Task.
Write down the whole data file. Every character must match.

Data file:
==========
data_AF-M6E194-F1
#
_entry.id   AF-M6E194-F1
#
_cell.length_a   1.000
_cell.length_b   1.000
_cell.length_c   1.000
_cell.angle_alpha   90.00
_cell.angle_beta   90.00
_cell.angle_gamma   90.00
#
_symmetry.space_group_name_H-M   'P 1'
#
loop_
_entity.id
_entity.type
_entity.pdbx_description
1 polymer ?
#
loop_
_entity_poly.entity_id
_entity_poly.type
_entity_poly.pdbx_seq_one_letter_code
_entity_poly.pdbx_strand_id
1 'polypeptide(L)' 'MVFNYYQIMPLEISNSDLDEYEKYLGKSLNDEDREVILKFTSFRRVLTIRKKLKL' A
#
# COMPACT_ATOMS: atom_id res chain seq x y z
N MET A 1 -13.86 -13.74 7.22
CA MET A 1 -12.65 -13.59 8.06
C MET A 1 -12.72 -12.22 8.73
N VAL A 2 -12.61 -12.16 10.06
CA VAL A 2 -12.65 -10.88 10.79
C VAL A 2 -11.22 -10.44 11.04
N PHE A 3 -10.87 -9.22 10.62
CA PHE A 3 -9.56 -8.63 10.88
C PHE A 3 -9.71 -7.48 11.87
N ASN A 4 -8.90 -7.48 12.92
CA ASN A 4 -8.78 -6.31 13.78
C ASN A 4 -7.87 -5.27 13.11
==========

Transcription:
data_AF-M6E194-F1
#
_entry.id   AF-M6E194-F1
#
_cell.length_a   1.000
_cell.length_b   1.000
_cell.length_c   1.000
_cell.angle_alpha   90.00
_cell.angle_beta   90.00
_cell.angle_gamma   90.00
#
_symmetry.space_group_name_H-M   'P 1'
#
loop_
_entity.id
_entity.type
_entity.pdbx_description
1 polymer ?
#
loop_
_entity_poly.entity_id
_entity_poly.type
_entity_poly.pdbx_seq_one_letter_code
_entity_poly.pdbx_strand_id
1 'polypeptide(L)' 'MVFNYYQIMPLEISNSDLDEYEKYLGKSLNDEDREVILKFTSFRRVLTIRKKLKL' A
#
# COMPACT_ATOMS: atom_id res chain seq x y z
N MET A 1 -13.86 -13.74 7.22
CA MET A 1 -12.65 -13.59 8.06
C MET A 1 -12.72 -12.22 8.73
N VAL A 2 -12.61 -12.16 10.06
CA VAL A 2 -12.65 -10.88 10.79
C VAL A 2 -11.22 -10.44 11.04
N PHE A 3 -10.87 -9.22 10.62
CA PHE A 3 -9.56 -8.63 10.88
C PHE A 3 -9.71 -7.48 11.87
N ASN A 4 -8.90 -7.48 12.92
CA ASN A 4 -8.78 -6.31 13.78
C ASN A 4 -7.87 -5.27 13.11